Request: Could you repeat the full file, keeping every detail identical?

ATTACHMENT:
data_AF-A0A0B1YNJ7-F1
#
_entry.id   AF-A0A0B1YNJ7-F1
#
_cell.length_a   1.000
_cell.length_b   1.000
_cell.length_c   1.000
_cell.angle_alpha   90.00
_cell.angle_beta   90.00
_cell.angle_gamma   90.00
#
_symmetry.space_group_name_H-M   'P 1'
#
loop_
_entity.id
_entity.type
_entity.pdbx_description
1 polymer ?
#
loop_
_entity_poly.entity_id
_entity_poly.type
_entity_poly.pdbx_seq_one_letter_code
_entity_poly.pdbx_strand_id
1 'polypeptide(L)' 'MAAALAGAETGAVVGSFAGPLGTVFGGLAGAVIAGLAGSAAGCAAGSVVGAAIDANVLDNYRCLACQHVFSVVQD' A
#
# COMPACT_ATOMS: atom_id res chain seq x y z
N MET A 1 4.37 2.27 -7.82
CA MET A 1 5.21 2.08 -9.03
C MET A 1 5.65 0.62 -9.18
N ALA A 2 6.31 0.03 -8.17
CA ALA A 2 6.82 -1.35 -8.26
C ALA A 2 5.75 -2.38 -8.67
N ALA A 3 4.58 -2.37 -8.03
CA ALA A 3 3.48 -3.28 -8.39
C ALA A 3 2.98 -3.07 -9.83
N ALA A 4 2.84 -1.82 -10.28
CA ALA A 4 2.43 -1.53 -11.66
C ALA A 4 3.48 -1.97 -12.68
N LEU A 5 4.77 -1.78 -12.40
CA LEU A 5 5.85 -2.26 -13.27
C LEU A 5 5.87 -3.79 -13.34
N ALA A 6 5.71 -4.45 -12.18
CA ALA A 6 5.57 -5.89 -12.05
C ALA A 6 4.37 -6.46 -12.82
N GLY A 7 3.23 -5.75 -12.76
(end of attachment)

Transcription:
data_AF-A0A0B1YNJ7-F1
#
_entry.id   AF-A0A0B1YNJ7-F1
#
_cell.length_a   1.000
_cell.length_b   1.000
_cell.length_c   1.000
_cell.angle_alpha   90.00
_cell.angle_beta   90.00
_cell.angle_gamma   90.00
#
_symmetry.space_group_name_H-M   'P 1'
#
loop_
_entity.id
_entity.type
_entity.pdbx_description
1 polymer ?
#
loop_
_entity_poly.entity_id
_entity_poly.type
_entity_poly.pdbx_seq_one_letter_code
_entity_poly.pdbx_strand_id
1 'polypeptide(L)' 'MAAALAGAETGAVVGSFAGPLGTVFGGLAGAVIAGLAGSAAGCAAGSVVGAAIDANVLDNYRCLACQHVFSVVQD' A
#
# COMPACT_ATOMS: atom_id res chain seq x y z
N MET A 1 4.37 2.27 -7.82
CA MET A 1 5.21 2.08 -9.03
C MET A 1 5.65 0.62 -9.18
N ALA A 2 6.31 0.03 -8.17
CA ALA A 2 6.82 -1.35 -8.26
C ALA A 2 5.75 -2.38 -8.67
N ALA A 3 4.58 -2.37 -8.03
CA ALA A 3 3.48 -3.28 -8.39
C ALA A 3 2.98 -3.07 -9.83
N ALA A 4 2.84 -1.82 -10.28
CA ALA A 4 2.43 -1.53 -11.66
C ALA A 4 3.48 -1.97 -12.68
N LEU A 5 4.77 -1.78 -12.40
CA LEU A 5 5.85 -2.26 -13.27
C LEU A 5 5.87 -3.79 -13.34
N ALA A 6 5.71 -4.45 -12.18
CA ALA A 6 5.57 -5.89 -12.05
C ALA A 6 4.37 -6.46 -12.82
N GLY A 7 3.23 -5.75 -12.76